1. A Writing Open House
Invite participants to mix and mingle as they create and compose. These events often work best when there are several stations where people can rove and respond to different writing prompts and activities. Be sure to take pictures and share what is created (with permission) on social media spaces, tagging posts with #WhyIWrite.
Suggested Timeframe: 1-3 hours
Location: School, library, community center, writing center, coffee shop, etc.
- Many different kinds of writing instruments
- Many different surfaces for writing
- Music to add to the festive feel
Examples of Stations:
- Clip words and phrases from magazines to create “found poetry.”
- Provide a writing prompt and have participants write on sticky notes that they put on a wall.
- Write 6-word stories about a compelling photograph.
2.Open Mic Storytelling or Poetry Event
Invite participants to share original work and an audience to come hear the readings.
Suggested Timeframe: 1-2 hours
Location: Room big enough to have a “stage” area for presentations and plenty of room for an audience.
- Microphone / Speakers / Amplification System
Things to Consider:
- Increase attendance by inviting local poets or storytellers to headline the event.
- Consider showcasing a local school slam poetry team.
- If possible, plan the sequence of presenters in advance and have someone serve as the MC. This will help the event to flow.
3. A Write-In on a Specific Topic
Create a thematic writing event that focuses on a specific cause or issue. Begin the event by exploring the purpose of the writing and leading a discussion around the issue. Provide ample time and supplies to support participants in doing and sharing the writing. Examples of products might include letters to the editor, cards to people in the military, emails/messages to legislators, posters for an awareness campaign, etc.
Suggested Timeframe: A few hours up to a full day
Location: This can be done school- or community-wide, or in a single location where many can gather.
- Writing instruments
- Fact sheets about the issues participants will be addressing in their writing
- Postcards, cards, stationery, or computers with printers
- Stamps and envelopes (if mailing the pieces written)
Read a detailed description of one approach to a Write-In developed by Holly Hassel, editor of Teaching English in the Two-Year College and professor at North Dakota State University, drawing from resources written with Amy Lueck, Jeff Andelora, and Carolyn Calhoon-Dillahunt.
4. A Twitter Chat
Energize the social community with a scheduled online chat that everyone joins at the same time. Plan questions in advance (5-6 for an hour-long chat) and post them to the chat at regular intervals during the discussion. Key takeaways from the discussion can be shared in a follow-up blog post.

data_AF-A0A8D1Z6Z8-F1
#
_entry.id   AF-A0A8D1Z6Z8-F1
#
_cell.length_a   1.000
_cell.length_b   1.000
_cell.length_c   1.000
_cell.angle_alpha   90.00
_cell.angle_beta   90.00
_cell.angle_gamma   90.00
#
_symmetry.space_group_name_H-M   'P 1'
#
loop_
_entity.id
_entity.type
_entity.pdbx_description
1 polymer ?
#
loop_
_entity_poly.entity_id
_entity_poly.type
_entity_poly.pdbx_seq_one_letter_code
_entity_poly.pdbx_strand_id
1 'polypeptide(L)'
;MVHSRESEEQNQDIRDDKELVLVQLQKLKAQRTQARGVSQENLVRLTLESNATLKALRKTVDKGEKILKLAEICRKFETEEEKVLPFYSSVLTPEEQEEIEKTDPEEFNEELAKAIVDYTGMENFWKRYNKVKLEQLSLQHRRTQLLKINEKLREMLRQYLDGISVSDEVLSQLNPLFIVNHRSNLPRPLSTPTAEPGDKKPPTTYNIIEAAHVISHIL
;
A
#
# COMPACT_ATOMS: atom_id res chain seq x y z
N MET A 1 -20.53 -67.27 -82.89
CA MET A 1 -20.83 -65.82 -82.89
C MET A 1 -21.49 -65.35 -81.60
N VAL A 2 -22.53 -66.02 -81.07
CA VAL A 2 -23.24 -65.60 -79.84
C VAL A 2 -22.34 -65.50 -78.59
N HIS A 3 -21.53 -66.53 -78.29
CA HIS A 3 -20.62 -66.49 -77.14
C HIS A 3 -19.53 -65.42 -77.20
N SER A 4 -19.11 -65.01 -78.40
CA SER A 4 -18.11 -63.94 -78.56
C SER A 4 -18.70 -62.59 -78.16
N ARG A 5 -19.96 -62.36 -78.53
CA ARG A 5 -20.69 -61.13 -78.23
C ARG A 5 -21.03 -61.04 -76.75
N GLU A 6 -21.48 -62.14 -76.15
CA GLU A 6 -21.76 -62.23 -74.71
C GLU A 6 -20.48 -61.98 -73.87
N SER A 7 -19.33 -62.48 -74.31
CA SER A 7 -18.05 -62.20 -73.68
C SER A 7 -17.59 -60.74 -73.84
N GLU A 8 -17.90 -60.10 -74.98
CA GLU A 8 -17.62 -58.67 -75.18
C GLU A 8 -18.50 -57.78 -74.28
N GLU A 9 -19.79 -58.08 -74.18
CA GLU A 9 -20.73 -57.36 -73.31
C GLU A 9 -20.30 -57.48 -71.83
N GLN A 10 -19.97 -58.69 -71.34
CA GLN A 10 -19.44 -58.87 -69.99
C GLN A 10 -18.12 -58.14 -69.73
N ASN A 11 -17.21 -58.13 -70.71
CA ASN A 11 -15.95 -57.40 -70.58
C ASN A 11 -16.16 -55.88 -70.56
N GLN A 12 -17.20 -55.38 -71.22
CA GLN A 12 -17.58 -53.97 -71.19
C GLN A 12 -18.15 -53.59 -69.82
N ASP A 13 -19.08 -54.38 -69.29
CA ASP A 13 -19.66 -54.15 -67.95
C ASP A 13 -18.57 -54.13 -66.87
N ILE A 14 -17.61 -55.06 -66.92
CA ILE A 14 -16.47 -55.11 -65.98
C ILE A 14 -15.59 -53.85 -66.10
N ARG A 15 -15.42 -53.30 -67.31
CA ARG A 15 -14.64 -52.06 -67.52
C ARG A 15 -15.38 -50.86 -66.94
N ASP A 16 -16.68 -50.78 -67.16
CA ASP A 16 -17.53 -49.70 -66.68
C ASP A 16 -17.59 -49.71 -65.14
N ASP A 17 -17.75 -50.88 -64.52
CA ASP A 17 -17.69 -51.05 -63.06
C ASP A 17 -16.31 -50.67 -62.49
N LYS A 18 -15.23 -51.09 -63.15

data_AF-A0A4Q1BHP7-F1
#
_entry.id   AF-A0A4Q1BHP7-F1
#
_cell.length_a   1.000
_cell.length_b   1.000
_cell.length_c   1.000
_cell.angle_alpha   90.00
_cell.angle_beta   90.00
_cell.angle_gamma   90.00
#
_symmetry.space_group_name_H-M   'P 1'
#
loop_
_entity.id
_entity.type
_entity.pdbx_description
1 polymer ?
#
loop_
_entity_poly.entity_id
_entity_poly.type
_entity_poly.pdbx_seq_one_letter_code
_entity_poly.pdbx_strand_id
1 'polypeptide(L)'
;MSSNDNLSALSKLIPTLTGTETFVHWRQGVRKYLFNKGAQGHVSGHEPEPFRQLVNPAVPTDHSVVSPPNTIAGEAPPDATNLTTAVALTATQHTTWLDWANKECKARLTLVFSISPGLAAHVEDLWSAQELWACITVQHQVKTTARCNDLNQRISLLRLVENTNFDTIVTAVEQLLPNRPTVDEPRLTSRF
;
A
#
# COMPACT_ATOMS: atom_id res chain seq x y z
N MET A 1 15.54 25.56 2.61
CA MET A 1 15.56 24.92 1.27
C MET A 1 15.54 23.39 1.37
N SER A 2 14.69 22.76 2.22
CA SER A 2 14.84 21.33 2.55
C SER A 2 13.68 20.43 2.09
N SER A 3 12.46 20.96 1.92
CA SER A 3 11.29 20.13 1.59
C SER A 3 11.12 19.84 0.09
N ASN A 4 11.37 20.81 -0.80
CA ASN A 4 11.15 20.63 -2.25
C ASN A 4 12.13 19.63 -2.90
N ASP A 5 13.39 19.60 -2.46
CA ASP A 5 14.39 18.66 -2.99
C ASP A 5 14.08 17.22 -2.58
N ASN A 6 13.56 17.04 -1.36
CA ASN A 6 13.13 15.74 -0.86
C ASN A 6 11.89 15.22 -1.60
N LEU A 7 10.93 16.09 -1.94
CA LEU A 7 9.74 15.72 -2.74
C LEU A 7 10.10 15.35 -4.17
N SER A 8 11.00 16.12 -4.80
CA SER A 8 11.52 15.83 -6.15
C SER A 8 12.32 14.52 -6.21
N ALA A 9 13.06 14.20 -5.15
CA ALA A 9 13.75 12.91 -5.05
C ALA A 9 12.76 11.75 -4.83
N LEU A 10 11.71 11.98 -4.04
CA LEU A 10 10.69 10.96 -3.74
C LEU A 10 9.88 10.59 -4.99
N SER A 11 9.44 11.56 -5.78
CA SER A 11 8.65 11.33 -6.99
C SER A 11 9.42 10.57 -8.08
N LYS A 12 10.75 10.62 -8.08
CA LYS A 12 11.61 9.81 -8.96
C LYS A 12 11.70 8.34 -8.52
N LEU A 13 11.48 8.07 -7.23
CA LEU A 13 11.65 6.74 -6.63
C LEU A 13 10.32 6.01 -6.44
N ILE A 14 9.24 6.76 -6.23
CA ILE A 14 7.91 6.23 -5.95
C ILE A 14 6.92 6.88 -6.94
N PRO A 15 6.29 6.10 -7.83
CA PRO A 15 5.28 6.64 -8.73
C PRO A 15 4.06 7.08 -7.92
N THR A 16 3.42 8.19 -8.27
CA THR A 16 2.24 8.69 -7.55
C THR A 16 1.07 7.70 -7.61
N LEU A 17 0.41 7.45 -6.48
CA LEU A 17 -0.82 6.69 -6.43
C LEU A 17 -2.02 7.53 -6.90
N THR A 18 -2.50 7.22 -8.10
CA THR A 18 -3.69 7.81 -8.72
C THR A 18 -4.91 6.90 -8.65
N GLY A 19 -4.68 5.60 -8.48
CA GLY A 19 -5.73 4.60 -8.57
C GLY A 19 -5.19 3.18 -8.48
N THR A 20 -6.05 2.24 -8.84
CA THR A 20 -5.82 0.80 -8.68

Suggested Timeframe: 30 minutes to one hour
Location: On Twitter! Select a unique hashtag that everyone follows at a scheduled time.
- Internet-connected device
- Collection of online resources that can be shared during the chat
Things to Consider:
- Read through this blog post that gives tips and tricks for how chats work.
- The #WhyIWrite hashtag will be extremely active on October 19 and 20, and a Twitter chat on those days might get lost in the overall celebration. Consider hosting a chat before the actual National Day on Writing and use a hashtag for this specific chat. Also tag the conversation with #WhyIWrite so the specific audience can follow the conversation along with the wider writing community as well.
- Chats are best attended when they’re advertised in advance. Be sure to start publicizing the chat at least a week before it happens.
5. Establishing Local Recognition of the National Day on Writing
NCTE works to secure a resolution from the US Senate every year designating October 20 as the National Day on Writing. This can be done at the local level too. Reach out to local schools, districts, cities, counties, and/or state-level officials to secure recognition of the National Day on Writing for the local community. Whether a resolution is passed or an official announcement is posted on a website, recognition at the local level is critical to turning up the volume on the importance of writing.
Location: Online or in the offices of elected officials
Materials: Handouts with information on the National Day on Writing
Things to Consider:
- Create a list of reasons why this recognition is important. Try to be specific and concrete.
- Find out who is in charge of designating special days at the local or state level.
- Communicate any requests in writing and, ideally, in person. Find allies who can join in. There is strength in numbers!
- Be persistent. It often takes several tries before action is taken.
- Celebrate success. When recognition is secured, be sure to let local news outlets and NCTE know!